Subject: Re: Are implicit dual-licensing agreements inherently anti-open?
From: David Barrett <dbarrett@quinthar.com>
Date: Wed, 20 Jul 2005 15:08:26 -0700

Alex Bligh wrote:
> We had hoped the FAQ:
>  <http://openvendor.org/kb.x?T=7>
> and the rationale
>  <http://openvendor.org/kb.x?T=15>
> would do this. I will see if I can add some more to them or simplify
> them as they obviously do not. 

They're good, don't get me wrong.  But in my case, I still felt they 
were confusing and overly precise/technical.  I mean, imagine that you 
have a buddy who's a typical open-source developer, and he asks you "how 
is the OVPL different than the GPL?" You wouldn't say:

"Clause 3.3 of the license gives an additional license grant to the 
Initial Developer to use any modifications a contributor distributes in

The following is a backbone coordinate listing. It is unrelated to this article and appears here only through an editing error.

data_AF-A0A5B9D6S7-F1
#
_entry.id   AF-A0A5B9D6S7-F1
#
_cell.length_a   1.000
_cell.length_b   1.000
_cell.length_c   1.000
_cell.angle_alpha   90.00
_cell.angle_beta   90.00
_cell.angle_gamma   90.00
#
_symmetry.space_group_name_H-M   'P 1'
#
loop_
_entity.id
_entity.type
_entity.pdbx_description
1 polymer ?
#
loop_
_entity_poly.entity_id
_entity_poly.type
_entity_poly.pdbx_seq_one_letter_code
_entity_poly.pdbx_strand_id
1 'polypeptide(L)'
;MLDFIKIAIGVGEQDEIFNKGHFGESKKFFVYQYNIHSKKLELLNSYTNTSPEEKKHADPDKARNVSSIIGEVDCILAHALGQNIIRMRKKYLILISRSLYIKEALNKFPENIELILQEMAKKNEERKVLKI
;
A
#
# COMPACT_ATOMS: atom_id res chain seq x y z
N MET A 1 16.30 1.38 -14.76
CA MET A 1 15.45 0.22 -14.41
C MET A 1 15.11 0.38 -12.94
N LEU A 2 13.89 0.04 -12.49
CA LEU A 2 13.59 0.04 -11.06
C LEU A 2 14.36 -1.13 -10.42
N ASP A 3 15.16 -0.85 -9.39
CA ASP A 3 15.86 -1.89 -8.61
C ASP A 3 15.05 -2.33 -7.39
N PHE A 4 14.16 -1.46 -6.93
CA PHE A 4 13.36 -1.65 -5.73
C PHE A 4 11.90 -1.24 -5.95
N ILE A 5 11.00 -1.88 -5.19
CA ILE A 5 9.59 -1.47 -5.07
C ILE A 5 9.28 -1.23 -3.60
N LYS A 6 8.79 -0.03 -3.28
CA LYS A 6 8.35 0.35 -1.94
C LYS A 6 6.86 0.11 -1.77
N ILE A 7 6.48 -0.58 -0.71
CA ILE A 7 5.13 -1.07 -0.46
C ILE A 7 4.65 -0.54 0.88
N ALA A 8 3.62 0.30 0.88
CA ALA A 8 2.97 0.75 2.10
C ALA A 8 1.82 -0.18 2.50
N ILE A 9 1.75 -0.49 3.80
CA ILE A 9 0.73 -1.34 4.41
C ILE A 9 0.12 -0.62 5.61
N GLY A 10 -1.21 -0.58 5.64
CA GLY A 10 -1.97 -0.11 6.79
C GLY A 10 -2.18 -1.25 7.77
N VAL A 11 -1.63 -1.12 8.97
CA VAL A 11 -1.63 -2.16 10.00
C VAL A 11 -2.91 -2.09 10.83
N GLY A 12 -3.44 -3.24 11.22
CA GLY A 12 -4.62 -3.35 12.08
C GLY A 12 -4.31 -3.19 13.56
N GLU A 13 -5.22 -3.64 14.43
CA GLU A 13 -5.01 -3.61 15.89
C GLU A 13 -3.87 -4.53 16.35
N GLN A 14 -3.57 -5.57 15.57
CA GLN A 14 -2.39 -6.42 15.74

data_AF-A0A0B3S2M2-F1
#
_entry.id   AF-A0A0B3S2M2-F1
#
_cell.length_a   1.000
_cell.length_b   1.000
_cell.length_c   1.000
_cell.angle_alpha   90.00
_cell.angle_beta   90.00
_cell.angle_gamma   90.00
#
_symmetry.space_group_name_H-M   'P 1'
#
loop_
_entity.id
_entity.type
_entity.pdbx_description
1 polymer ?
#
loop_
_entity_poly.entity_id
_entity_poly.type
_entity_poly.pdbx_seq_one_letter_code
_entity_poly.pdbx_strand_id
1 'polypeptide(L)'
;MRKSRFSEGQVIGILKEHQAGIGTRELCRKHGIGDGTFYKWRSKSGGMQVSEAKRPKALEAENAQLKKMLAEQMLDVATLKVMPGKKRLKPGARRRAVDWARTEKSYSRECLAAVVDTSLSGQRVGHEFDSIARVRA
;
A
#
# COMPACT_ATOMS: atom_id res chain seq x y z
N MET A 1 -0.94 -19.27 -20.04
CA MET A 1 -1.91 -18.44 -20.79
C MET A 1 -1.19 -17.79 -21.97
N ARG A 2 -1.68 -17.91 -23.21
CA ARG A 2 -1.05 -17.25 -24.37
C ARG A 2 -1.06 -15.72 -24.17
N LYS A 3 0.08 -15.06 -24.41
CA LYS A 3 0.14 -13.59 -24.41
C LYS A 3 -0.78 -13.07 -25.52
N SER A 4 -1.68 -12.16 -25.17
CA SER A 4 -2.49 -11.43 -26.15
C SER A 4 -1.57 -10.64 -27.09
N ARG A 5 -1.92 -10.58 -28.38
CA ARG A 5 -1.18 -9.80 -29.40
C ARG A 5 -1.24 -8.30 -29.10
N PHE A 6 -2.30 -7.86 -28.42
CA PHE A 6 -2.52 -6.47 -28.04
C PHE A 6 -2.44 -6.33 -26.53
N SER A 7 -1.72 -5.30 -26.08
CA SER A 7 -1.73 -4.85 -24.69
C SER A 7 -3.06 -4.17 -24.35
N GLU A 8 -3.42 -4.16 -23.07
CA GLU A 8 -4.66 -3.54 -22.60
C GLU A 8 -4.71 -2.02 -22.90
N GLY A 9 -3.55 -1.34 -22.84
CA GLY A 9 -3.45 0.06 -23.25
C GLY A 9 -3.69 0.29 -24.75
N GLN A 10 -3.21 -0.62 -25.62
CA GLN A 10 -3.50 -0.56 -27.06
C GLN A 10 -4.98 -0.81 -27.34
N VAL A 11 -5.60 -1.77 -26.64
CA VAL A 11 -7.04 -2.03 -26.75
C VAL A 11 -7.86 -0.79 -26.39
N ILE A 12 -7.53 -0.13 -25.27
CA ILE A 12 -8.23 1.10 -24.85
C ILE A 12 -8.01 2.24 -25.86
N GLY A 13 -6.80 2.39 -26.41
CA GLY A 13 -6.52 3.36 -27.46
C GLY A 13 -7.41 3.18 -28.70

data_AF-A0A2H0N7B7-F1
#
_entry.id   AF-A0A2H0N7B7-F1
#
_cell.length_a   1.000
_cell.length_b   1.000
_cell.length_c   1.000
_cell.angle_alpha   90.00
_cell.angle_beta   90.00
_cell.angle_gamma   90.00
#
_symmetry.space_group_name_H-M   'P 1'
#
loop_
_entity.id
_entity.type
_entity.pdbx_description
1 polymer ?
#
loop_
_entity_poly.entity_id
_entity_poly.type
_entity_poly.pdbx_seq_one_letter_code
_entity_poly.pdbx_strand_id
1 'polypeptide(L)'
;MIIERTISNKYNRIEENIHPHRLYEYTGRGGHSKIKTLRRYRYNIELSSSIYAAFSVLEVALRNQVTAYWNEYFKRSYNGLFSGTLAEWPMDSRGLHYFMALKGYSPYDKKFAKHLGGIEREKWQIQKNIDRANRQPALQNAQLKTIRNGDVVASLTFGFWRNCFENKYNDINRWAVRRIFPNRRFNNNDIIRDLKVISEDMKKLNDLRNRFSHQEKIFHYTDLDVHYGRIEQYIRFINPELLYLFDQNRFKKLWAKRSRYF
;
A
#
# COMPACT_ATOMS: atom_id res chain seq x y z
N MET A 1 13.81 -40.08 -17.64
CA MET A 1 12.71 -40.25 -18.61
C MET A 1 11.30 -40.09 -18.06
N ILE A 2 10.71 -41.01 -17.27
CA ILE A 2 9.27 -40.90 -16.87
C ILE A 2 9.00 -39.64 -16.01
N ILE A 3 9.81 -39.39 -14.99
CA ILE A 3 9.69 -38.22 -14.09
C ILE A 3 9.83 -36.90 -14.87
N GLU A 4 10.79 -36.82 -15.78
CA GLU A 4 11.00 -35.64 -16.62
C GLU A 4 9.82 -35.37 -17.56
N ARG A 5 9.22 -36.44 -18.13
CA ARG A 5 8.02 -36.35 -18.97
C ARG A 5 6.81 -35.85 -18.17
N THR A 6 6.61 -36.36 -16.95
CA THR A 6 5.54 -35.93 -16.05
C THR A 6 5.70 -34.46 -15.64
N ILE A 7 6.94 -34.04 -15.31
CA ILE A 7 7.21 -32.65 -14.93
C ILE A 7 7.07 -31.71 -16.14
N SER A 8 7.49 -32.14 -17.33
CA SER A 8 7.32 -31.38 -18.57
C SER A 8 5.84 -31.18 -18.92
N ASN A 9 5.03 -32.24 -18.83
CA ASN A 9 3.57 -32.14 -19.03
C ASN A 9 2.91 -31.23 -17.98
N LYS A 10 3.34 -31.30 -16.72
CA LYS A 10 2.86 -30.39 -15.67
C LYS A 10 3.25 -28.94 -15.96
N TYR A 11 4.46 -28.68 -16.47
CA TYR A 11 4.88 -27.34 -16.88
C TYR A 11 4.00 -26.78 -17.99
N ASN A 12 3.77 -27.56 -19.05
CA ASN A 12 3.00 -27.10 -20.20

future versions of the licensed software, whether distributed under this 
license or any other license."

Rather, you'd say something like:

"For contributors it's about the same.  You can use, modify, 
redistribute, blah blah.  The big difference is that with the OVPL, the 
initial developer has the right to sell the codebase -- including your 
contributions -- under a closed license."

Just take whatever that off-the-cuff elevator pitch is, and write it down.


 > Note it's not quite like the GPL,
> it's much more like the CDDL/MPL.

In a precise sense, that's true.  To Joe Coder (or, at least, to David 
Barrett), the practical differences are negilible (you might disagree, 
but I'm merely stating my perception).  That, and until this discussion 
I'd never paid attention to the MPL and never heard of the CDDL.  If 
you're going to say "it's like X but different in Y way", it makes sense 
to pick the X that is most well known -- in this case, the GPL.

-david